I got my first Border Collie when I was sixteen. I have continually had them ever since. I have had some really good dogs and some that were only fair at best, but generally I have found that anytime a dog didn't turn out as good as I thought they should, it was because I didn't spend the time needed to help them get there. They are special animals and I don't intend to do without one. I have made some great friends over the years dealing with the stock dog people and hope to one day go back to attending some of the dog trials.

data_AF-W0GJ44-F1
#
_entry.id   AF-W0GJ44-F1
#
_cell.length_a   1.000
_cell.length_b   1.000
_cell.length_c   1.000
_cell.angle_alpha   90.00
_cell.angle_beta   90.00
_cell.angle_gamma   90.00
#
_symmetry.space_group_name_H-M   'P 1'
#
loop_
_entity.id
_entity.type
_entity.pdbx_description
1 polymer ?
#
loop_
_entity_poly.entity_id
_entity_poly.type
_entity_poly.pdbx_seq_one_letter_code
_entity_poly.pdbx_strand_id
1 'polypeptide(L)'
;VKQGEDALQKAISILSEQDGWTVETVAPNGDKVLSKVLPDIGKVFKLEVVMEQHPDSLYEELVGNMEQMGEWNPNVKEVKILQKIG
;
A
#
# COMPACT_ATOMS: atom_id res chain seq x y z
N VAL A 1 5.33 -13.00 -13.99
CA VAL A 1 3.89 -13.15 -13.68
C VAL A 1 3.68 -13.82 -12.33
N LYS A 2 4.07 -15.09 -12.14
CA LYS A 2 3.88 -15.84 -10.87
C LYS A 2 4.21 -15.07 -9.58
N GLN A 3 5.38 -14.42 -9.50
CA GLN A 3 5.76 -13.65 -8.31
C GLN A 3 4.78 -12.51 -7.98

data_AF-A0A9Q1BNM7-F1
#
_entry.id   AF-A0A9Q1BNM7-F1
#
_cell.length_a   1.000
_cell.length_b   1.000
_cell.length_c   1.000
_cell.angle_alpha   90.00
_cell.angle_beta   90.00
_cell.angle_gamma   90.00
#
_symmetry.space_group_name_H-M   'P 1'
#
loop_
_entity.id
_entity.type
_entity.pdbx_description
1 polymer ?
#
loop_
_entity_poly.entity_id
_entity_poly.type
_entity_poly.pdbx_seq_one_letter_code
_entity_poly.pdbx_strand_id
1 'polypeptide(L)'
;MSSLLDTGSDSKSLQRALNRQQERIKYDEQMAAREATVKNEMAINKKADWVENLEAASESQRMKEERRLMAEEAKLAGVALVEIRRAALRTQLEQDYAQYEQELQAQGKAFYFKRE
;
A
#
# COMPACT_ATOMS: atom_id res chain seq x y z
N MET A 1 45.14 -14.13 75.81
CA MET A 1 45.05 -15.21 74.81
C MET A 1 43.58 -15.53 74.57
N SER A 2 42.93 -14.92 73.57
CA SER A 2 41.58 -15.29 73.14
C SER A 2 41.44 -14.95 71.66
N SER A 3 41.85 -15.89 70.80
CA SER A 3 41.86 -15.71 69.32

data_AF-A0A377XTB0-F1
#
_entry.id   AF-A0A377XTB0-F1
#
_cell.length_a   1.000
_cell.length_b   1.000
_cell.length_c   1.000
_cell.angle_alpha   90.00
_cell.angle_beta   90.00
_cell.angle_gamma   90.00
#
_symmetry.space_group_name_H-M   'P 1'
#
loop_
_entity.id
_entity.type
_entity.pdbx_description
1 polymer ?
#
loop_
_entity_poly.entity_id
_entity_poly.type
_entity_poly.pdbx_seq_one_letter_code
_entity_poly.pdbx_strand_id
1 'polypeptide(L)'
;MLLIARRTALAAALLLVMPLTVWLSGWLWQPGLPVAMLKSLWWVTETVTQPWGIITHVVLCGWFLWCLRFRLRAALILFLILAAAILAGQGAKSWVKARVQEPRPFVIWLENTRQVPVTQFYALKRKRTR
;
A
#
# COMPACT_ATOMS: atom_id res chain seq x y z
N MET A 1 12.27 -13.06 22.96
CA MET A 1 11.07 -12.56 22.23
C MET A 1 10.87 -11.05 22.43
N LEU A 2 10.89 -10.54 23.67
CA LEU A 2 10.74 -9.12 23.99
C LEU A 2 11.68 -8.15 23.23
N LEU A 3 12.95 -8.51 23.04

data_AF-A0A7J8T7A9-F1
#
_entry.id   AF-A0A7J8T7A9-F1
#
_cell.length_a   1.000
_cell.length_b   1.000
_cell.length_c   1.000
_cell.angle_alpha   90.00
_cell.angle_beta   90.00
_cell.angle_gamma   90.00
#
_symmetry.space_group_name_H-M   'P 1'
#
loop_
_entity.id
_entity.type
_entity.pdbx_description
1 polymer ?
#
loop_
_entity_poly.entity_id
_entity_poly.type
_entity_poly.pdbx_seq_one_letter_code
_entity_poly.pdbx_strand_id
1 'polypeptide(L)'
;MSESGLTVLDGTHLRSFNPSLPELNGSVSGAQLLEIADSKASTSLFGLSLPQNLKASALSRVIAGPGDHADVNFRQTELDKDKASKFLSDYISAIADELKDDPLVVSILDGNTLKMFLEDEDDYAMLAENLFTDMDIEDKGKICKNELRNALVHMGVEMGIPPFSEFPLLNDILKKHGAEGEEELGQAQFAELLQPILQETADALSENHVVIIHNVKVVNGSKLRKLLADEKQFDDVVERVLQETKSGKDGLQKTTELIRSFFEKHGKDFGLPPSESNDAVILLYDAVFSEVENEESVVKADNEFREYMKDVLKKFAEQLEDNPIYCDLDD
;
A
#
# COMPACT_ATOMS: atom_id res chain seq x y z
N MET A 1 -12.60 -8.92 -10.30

We bought a handful of bull and heifer calves in the fall of 2016. Two or maybe three of the heifers will be kept to raise calves and the rest will find their way to the processor as they grow and finish. In the summer of 2017, we also added two Jersey cows and a Jersey heifer. The two cows calved in September and are currently raising crossbred calves and being milked. Fresh milk and butter will be available. I will breed these Jerseys back to a bull that i have picked out in an effort to raise cattle that will milk and marble and eventually we will have some special steaks with a crossbred steer that will be unique to our farm